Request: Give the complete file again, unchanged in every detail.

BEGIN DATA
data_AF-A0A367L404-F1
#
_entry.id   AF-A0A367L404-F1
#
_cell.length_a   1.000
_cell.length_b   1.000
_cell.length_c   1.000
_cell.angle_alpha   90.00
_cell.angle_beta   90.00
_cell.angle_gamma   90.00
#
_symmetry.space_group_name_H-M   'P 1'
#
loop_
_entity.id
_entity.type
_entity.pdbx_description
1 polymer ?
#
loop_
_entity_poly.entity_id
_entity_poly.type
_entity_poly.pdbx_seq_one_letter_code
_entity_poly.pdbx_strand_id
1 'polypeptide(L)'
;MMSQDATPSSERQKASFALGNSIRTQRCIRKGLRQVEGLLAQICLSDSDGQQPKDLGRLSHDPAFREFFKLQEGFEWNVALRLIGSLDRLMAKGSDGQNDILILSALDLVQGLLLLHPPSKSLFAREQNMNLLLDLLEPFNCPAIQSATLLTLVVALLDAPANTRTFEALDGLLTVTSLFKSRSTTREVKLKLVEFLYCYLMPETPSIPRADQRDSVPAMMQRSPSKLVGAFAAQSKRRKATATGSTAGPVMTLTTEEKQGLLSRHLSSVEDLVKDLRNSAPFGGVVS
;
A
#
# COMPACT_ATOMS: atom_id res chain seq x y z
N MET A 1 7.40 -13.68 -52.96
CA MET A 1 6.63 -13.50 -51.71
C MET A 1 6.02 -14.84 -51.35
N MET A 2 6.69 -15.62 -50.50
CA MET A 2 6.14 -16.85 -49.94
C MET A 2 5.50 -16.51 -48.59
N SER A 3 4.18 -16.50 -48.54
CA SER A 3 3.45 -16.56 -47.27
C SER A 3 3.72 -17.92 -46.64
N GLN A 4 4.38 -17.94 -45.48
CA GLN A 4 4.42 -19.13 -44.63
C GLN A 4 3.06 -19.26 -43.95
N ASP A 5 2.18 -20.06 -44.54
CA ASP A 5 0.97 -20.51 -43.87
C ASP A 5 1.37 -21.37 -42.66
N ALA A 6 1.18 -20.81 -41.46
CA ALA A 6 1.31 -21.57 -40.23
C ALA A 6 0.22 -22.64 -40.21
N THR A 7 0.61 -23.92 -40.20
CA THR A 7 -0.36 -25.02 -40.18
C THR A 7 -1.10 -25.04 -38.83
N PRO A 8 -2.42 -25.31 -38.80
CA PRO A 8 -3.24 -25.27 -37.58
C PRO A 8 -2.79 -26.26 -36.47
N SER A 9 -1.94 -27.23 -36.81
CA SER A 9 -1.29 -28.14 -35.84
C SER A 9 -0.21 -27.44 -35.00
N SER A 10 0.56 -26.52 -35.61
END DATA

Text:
data_AF-A0A367L404-F1
#
_entry.id   AF-A0A367L404-F1
#
_cell.length_a   1.000
_cell.length_b   1.000
_cell.length_c   1.000
_cell.angle_alpha   90.00
_cell.angle_beta   90.00
_cell.angle_gamma   90.00
#
_symmetry.space_group_name_H-M   'P 1'
#
loop_
_entity.id
_entity.type
_entity.pdbx_description
1 polymer ?
#
loop_
_entity_poly.entity_id
_entity_poly.type
_entity_poly.pdbx_seq_one_letter_code
_entity_poly.pdbx_strand_id
1 'polypeptide(L)'
;MMSQDATPSSERQKASFALGNSIRTQRCIRKGLRQVEGLLAQICLSDSDGQQPKDLGRLSHDPAFREFFKLQEGFEWNVALRLIGSLDRLMAKGSDGQNDILILSALDLVQGLLLLHPPSKSLFAREQNMNLLLDLLEPFNCPAIQSATLLTLVVALLDAPANTRTFEALDGLLTVTSLFKSRSTTREVKLKLVEFLYCYLMPETPSIPRADQRDSVPAMMQRSPSKLVGAFAAQSKRRKATATGSTAGPVMTLTTEEKQGLLSRHLSSVEDLVKDLRNSAPFGGVVS
;
A
#
# COMPACT_ATOMS: atom_id res chain seq x y z
N MET A 1 7.40 -13.68 -52.96
CA MET A 1 6.63 -13.50 -51.71
C MET A 1 6.02 -14.84 -51.35
N MET A 2 6.69 -15.62 -50.50
CA MET A 2 6.14 -16.85 -49.94
C MET A 2 5.50 -16.51 -48.59
N SER A 3 4.18 -16.50 -48.54
CA SER A 3 3.45 -16.56 -47.27
C SER A 3 3.72 -17.92 -46.64
N GLN A 4 4.38 -17.94 -45.48
CA GLN A 4 4.42 -19.13 -44.63
C GLN A 4 3.06 -19.26 -43.95
N ASP A 5 2.18 -20.06 -44.54
CA ASP A 5 0.97 -20.51 -43.87
C ASP A 5 1.37 -21.37 -42.66
N ALA A 6 1.18 -20.81 -41.46
CA ALA A 6 1.31 -21.57 -40.23
C ALA A 6 0.22 -22.64 -40.21
N THR A 7 0.61 -23.92 -40.20
CA THR A 7 -0.36 -25.02 -40.18
C THR A 7 -1.10 -25.04 -38.83
N PRO A 8 -2.42 -25.31 -38.80
CA PRO A 8 -3.24 -25.27 -37.58
C PRO A 8 -2.79 -26.26 -36.47
N SER A 9 -1.94 -27.23 -36.81
CA SER A 9 -1.29 -28.14 -35.84
C SER A 9 -0.21 -27.44 -35.00
N SER A 10 0.56 -26.52 -35.61